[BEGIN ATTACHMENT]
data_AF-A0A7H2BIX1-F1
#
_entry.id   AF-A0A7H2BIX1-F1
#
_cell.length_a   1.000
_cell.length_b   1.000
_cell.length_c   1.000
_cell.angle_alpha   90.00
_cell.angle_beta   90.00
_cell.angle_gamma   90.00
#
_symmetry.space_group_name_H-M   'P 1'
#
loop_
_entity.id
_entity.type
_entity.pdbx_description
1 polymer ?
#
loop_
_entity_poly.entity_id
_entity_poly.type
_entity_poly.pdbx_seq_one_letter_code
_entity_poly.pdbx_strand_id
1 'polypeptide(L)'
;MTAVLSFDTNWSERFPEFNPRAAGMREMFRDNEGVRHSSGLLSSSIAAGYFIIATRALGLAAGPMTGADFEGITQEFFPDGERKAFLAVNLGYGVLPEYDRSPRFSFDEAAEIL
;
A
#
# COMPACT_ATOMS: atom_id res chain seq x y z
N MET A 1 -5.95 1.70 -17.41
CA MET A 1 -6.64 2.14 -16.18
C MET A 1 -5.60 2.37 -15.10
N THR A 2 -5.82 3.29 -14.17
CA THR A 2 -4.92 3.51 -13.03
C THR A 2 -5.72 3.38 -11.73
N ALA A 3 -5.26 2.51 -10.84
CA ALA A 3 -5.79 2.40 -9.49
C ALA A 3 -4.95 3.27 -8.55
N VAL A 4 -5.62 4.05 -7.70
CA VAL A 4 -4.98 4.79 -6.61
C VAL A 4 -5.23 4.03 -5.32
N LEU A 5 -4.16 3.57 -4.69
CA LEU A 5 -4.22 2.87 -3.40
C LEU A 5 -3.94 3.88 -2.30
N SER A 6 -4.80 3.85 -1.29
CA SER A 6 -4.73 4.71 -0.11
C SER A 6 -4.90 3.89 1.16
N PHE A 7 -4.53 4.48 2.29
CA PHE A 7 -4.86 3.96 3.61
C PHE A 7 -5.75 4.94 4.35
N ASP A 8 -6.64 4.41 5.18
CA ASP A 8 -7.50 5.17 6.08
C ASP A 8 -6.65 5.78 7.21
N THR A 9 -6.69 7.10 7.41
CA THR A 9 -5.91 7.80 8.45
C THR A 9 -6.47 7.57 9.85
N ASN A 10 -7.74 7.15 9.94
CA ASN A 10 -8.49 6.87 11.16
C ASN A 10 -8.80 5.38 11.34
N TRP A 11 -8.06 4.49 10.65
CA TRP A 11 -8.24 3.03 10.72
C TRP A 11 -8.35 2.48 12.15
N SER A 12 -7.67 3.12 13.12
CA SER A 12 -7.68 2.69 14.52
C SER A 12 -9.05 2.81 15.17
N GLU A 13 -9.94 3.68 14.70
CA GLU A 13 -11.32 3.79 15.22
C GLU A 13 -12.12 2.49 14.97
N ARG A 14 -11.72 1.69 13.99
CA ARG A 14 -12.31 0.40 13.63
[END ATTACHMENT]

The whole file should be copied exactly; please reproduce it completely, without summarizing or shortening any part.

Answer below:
data_AF-A0A7H2BIX1-F1
#
_entry.id   AF-A0A7H2BIX1-F1
#
_cell.length_a   1.000
_cell.length_b   1.000
_cell.length_c   1.000
_cell.angle_alpha   90.00
_cell.angle_beta   90.00
_cell.angle_gamma   90.00
#
_symmetry.space_group_name_H-M   'P 1'
#
loop_
_entity.id
_entity.type
_entity.pdbx_description
1 polymer ?
#
loop_
_entity_poly.entity_id
_entity_poly.type
_entity_poly.pdbx_seq_one_letter_code
_entity_poly.pdbx_strand_id
1 'polypeptide(L)'
;MTAVLSFDTNWSERFPEFNPRAAGMREMFRDNEGVRHSSGLLSSSIAAGYFIIATRALGLAAGPMTGADFEGITQEFFPDGERKAFLAVNLGYGVLPEYDRSPRFSFDEAAEIL
;
A
#
# COMPACT_ATOMS: atom_id res chain seq x y z
N MET A 1 -5.95 1.70 -17.41
CA MET A 1 -6.64 2.14 -16.18
C MET A 1 -5.60 2.37 -15.10
N THR A 2 -5.82 3.29 -14.17
CA THR A 2 -4.92 3.51 -13.03
C THR A 2 -5.72 3.38 -11.73
N ALA A 3 -5.26 2.51 -10.84
CA ALA A 3 -5.79 2.40 -9.49
C ALA A 3 -4.95 3.27 -8.55
N VAL A 4 -5.62 4.05 -7.70
CA VAL A 4 -4.98 4.79 -6.61
C VAL A 4 -5.23 4.03 -5.32
N LEU A 5 -4.16 3.57 -4.69
CA LEU A 5 -4.22 2.87 -3.40
C LEU A 5 -3.94 3.88 -2.30
N SER A 6 -4.80 3.85 -1.29
CA SER A 6 -4.73 4.71 -0.11
C SER A 6 -4.90 3.89 1.16
N PHE A 7 -4.53 4.48 2.29
CA PHE A 7 -4.86 3.96 3.61
C PHE A 7 -5.75 4.94 4.35
N ASP A 8 -6.64 4.41 5.18
CA ASP A 8 -7.50 5.17 6.08
C ASP A 8 -6.65 5.78 7.21
N THR A 9 -6.69 7.10 7.41
CA THR A 9 -5.91 7.80 8.45
C THR A 9 -6.47 7.57 9.85
N ASN A 10 -7.74 7.15 9.94
CA ASN A 10 -8.49 6.87 11.16
C ASN A 10 -8.80 5.38 11.34
N TRP A 11 -8.06 4.49 10.65
CA TRP A 11 -8.24 3.03 10.72
C TRP A 11 -8.35 2.48 12.15
N SER A 12 -7.67 3.12 13.12
CA SER A 12 -7.68 2.69 14.52
C SER A 12 -9.05 2.81 15.17
N GLU A 13 -9.94 3.68 14.70
CA GLU A 13 -11.32 3.79 15.22
C GLU A 13 -12.12 2.49 14.97
N ARG A 14 -11.72 1.69 13.99
CA ARG A 14 -12.31 0.40 13.63